Motivation to study mathematics is in rare supply in today's classrooms, in particular, among learners who lack interest in math. It is argued here that utility value (Eccles et al., 1983) may be the missing ingredient in students' learning experiences, because it is often hard for them to see the connection between course material and their proximal and distal goals. The aims of this dissertation were (1) to examine how cultural variations and individual differences in initial interest in math affect participants' response to utility value, (2) to empirically distinguish between proximal and distal utility value, and (3) to compare the efficacy of an externally provided utility value intervention with a self-discovered utility value intervention. We designed two experiments in which Westerner and East Asian students from a large Midwestern university were taught a new math technique. We manipulated the technique's utility value by either omitting its mention, providing participants with information about the technique's distal utility value, providing participants with information about the technique's proximal utility value, or by asking participants to discover utility value of the technique on their own. Findings from Study 1 showed that East Asians and Westerners who were not interested in math exhibited remarkably different responses to distal externally provided utility value. East Asians worked harder and showed more interest in the new technique after learning that it could help them reach their distal goals, whereas Westerners did not increase their motivation. Findings from Study 2 revealed that whether utility value is proximal or distal was more important than whether utility value was externally provided or self-discovered. Consistently across all motivation outcomes, East Asian participants reaped the largest motivational benefits from learning that the new technique could help them reach their distal goals (e.g., getting a good job), and Westerners benefited the most from learning that the new technique could help them reach their proximal goals (e.g., quickly calculating tips in their head). These findings have implications for how to promote motivation for learners who come from different cultures and bring variable levels of interest into the learning situation.The distal EPV intervention was identical to the one used in Study 1, and it told participants about the usefulness of the new technique for ... In order to remain blind to condition, the experimenter handed the participant a folded sheet of paper containing the writing exercise instructions. Participants were given 8 minutes to type their essay on an Acer Aspire 3680 laptop that was positioned in front of them.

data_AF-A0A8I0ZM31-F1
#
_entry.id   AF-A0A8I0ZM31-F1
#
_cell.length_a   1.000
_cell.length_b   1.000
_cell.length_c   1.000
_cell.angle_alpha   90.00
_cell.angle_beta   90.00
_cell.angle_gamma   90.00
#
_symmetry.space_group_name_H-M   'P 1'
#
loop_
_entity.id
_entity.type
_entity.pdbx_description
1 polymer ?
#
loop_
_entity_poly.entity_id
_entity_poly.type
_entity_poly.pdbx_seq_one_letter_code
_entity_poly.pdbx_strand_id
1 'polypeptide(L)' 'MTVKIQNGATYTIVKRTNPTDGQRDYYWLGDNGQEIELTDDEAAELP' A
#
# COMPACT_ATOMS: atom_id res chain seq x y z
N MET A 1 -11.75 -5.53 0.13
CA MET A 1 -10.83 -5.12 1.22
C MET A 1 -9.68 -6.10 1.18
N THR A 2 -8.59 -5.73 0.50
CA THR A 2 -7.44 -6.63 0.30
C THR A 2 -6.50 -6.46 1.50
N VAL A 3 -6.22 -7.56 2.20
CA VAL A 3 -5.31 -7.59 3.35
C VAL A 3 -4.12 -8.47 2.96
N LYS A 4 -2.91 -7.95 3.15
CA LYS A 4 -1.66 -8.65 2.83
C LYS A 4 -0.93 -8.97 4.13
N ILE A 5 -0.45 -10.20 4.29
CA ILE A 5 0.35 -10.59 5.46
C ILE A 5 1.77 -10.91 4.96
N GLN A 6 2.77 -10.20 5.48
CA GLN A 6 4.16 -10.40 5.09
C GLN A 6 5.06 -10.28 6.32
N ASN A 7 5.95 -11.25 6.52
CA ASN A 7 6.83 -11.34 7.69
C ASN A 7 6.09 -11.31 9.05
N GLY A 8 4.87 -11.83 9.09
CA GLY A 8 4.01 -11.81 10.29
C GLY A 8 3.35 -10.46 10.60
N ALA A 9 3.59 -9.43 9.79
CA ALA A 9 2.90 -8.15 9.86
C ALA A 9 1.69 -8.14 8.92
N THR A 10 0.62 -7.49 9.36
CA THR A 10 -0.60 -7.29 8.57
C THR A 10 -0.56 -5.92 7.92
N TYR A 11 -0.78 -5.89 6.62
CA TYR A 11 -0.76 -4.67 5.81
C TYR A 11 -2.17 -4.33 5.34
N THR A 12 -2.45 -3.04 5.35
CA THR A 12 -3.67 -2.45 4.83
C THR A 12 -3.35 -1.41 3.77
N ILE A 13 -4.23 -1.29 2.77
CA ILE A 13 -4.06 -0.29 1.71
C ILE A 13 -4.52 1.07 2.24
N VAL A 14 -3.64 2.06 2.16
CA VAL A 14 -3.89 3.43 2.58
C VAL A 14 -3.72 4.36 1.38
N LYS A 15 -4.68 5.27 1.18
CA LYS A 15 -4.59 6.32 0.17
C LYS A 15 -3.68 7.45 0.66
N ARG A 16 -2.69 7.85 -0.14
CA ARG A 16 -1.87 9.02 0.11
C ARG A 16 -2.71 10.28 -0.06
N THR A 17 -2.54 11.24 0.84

|Title||:||The Effects of Utility Value on Achievement Behavior of Two Cultures|
|Publisher||:||ProQuest - 2008|